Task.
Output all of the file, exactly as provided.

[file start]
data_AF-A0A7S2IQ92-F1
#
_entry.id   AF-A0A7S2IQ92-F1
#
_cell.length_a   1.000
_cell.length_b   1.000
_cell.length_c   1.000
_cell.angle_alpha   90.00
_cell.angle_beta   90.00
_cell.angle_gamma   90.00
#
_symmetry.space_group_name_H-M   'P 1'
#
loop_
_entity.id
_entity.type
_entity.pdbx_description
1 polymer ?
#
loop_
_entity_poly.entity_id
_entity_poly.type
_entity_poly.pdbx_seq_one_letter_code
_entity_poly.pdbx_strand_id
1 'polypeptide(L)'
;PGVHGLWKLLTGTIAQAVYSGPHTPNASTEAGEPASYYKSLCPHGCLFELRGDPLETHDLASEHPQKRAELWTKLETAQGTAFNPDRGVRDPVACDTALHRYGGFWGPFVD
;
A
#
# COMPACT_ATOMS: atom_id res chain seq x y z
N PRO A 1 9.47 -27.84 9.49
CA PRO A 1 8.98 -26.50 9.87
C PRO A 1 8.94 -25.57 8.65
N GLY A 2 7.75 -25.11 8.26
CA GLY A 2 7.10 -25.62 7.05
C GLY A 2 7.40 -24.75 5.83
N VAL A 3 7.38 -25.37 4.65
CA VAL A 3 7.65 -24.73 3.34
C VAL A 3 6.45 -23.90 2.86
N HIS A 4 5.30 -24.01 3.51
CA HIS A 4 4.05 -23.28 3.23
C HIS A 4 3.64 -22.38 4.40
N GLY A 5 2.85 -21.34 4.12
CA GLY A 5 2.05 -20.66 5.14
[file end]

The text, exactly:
data_AF-A0A7S2IQ92-F1
#
_entry.id   AF-A0A7S2IQ92-F1
#
_cell.length_a   1.000
_cell.length_b   1.000
_cell.length_c   1.000
_cell.angle_alpha   90.00
_cell.angle_beta   90.00
_cell.angle_gamma   90.00
#
_symmetry.space_group_name_H-M   'P 1'
#
loop_
_entity.id
_entity.type
_entity.pdbx_description
1 polymer ?
#
loop_
_entity_poly.entity_id
_entity_poly.type
_entity_poly.pdbx_seq_one_letter_code
_entity_poly.pdbx_strand_id
1 'polypeptide(L)'
;PGVHGLWKLLTGTIAQAVYSGPHTPNASTEAGEPASYYKSLCPHGCLFELRGDPLETHDLASEHPQKRAELWTKLETAQGTAFNPDRGVRDPVACDTALHRYGGFWGPFVD
;
A
#
# COMPACT_ATOMS: atom_id res chain seq x y z
N PRO A 1 9.47 -27.84 9.49
CA PRO A 1 8.98 -26.50 9.87
C PRO A 1 8.94 -25.57 8.65
N GLY A 2 7.75 -25.11 8.26
CA GLY A 2 7.10 -25.62 7.05
C GLY A 2 7.40 -24.75 5.83
N VAL A 3 7.38 -25.37 4.65
CA VAL A 3 7.65 -24.73 3.34
C VAL A 3 6.45 -23.90 2.86
N HIS A 4 5.30 -24.01 3.51
CA HIS A 4 4.05 -23.28 3.23
C HIS A 4 3.64 -22.38 4.40
N GLY A 5 2.85 -21.34 4.12
CA GLY A 5 2.05 -20.66 5.14